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How Women Can Avoid Midlife Weight Gain

Most women between ages 35 and 55 find it difficult to avoid gaining weight, especially inches that tend to settle around their waistlines.

In fact, on average, women gain about a pound a year during the years leading up to menopause and beyond. But middle-life weight gain doesn't have to be inevitable.

Weight gain during middle age is caused by a combination of factors:

  • Pregnancy. Weight gain during pregnancy is normal and necessary for a healthy baby, but most women don't lose all the added weight after childbirth.

  • Lack of physical activity. Work and family obligations make it difficult to find time and energy for regular exercise.

  • Hormonal shifts. Levels of estrogen decline with the approach of menopause. In response, the female body turns to secondary production sites, including body fat, to boost estrogen.

  • Loss of muscle mass because of age. Because muscle burns more calories than fat, the less muscle you have, the fewer calories you’ll burn.

  • Slower metabolism. As you age, your metabolism -- the number of calories you need to maintain basic body functions -- slows down by about 2 percent every year.

Make some changes

Whether you’ve already gained a few extra pounds or have yet to reach perimenopause, the following strategies can help you maintain a healthy weight in midlife and beyond.

  • Exercise regularly. Aerobic exercise boosts your metabolism and burns fat. Strength training increases muscle mass and raises metabolism so you burn more calories when not exercising. (Strength training is also essential for women older than 40 because the more muscle you have, the better able you are to prevent injuries from daily tasks and falls. Stretching exercises such as yoga help increase flexibility and prevent injury to joints.)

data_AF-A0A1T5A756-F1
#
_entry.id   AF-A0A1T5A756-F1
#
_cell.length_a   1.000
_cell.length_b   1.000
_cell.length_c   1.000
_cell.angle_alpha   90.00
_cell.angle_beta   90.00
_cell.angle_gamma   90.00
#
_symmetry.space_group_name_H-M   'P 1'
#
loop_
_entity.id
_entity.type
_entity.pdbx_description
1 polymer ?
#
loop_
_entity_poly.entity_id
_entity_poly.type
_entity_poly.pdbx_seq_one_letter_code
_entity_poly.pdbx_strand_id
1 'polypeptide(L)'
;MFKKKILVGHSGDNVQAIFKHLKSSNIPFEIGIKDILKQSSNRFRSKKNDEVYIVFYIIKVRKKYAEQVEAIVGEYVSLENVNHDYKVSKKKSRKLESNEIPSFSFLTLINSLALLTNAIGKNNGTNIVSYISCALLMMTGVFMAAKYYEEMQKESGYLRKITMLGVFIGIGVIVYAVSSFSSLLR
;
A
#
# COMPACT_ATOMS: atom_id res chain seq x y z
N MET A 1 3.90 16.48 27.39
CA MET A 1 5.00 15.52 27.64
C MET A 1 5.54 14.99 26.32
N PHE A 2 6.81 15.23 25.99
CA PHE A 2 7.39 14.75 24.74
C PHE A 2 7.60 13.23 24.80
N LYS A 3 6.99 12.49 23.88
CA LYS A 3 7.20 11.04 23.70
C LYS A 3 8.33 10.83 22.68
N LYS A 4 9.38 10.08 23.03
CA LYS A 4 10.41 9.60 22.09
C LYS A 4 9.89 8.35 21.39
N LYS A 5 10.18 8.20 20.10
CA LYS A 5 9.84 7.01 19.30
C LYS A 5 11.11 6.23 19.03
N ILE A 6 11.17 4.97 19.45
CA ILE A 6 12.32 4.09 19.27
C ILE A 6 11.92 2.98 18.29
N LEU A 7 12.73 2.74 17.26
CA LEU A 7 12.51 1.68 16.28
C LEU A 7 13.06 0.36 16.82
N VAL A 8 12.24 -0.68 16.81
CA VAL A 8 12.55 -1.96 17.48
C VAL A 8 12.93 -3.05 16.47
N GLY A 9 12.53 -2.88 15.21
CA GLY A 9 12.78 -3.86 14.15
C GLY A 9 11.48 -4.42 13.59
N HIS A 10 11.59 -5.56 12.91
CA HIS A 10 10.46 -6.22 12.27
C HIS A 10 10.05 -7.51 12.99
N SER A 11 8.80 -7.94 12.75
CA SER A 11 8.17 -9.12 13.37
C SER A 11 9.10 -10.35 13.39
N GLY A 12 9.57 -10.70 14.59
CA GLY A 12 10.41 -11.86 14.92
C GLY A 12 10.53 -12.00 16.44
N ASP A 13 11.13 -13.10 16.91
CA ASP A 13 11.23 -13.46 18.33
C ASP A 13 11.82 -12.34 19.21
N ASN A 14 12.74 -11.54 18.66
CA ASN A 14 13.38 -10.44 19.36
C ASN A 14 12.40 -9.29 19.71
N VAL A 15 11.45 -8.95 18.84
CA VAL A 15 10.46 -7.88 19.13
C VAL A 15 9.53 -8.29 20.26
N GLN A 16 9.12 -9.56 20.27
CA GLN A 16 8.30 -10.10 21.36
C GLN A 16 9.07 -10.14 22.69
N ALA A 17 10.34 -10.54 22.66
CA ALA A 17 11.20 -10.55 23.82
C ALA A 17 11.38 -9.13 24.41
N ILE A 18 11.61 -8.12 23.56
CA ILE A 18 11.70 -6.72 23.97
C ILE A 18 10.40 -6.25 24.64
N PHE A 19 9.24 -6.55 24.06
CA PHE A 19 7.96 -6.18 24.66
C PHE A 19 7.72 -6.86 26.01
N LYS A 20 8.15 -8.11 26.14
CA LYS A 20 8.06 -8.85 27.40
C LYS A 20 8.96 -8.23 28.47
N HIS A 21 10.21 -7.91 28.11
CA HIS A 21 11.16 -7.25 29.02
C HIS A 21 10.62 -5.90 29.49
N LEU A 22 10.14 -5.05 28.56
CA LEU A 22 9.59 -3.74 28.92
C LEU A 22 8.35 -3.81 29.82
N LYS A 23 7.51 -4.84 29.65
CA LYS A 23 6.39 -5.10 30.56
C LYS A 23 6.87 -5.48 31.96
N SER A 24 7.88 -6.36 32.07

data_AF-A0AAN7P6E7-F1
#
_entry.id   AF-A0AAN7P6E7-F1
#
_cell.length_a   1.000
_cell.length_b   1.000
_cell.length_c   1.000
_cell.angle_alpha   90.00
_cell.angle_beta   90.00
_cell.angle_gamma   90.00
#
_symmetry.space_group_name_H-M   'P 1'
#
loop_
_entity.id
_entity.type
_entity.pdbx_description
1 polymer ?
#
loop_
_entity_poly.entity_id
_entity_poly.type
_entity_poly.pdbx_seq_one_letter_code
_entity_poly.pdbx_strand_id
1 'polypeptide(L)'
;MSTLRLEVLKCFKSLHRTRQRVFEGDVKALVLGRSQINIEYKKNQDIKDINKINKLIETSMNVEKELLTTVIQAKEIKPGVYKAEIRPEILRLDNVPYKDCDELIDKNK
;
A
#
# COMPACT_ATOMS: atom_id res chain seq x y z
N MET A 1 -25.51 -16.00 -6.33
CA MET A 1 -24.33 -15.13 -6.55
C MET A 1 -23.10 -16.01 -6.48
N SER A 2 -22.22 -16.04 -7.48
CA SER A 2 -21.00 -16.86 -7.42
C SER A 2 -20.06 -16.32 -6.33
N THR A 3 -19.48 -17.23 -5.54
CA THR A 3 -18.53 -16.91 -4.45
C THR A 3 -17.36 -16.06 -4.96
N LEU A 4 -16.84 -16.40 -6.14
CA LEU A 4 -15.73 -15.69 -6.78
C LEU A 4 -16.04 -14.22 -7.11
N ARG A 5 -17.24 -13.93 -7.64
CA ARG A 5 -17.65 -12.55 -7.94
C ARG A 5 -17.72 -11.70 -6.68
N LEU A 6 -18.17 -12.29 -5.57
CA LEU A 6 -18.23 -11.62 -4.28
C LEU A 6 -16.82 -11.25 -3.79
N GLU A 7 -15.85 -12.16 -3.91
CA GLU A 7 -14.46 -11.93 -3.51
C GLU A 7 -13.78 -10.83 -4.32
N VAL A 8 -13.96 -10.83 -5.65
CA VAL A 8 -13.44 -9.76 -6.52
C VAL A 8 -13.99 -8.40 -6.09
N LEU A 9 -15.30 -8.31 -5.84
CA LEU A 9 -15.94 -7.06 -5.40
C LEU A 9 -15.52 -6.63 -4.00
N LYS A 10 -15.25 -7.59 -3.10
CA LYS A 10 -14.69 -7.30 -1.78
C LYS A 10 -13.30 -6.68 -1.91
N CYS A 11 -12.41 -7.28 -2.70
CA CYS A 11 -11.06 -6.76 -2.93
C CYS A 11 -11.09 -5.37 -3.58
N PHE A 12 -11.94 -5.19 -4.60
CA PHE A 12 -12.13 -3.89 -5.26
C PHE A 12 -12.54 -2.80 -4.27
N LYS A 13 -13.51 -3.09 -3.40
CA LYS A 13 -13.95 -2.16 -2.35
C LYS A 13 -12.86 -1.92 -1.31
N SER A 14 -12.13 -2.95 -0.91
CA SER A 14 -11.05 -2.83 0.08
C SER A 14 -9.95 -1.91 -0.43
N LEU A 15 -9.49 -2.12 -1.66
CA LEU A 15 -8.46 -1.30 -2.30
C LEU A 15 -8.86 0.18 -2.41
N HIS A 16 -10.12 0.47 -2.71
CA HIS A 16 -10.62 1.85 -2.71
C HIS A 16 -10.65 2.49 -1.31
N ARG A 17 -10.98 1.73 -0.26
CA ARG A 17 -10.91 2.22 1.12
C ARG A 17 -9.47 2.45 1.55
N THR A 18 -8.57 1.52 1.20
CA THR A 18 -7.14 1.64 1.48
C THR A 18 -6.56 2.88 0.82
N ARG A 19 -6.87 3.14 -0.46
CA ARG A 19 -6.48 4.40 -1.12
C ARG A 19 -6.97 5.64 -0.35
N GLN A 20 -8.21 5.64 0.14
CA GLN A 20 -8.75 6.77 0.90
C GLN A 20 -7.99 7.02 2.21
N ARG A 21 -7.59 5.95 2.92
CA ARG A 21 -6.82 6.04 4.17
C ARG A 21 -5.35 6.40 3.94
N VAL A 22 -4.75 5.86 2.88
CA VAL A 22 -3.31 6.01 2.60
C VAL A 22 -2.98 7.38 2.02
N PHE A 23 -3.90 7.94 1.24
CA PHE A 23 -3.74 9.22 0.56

• Follow a healthy diet. Focus on fruits, vegetables, nonfat dairy products, whole grains and lean protein. Most women need as much as 25 percent fewer calories in their 50s compared to their 20s. Cutting back on sweets, fat and alcohol, and adding regular exercise, can usually cut the calories that are packing on the pounds.

  • Cut back food portions. When it comes to food, even too much of healthy food can lead to weight gain.

  • Eat breakfast. Skipping breakfast, or any meal, in order to cut calories backfires because it slows down your metabolism and makes it more likely you’ll overeat later in the day.

Maintaining a healthy weight before and after menopause requires effort, but it can be done. Highly motivated women who stay goal-oriented are the ones who succeed.

FYH

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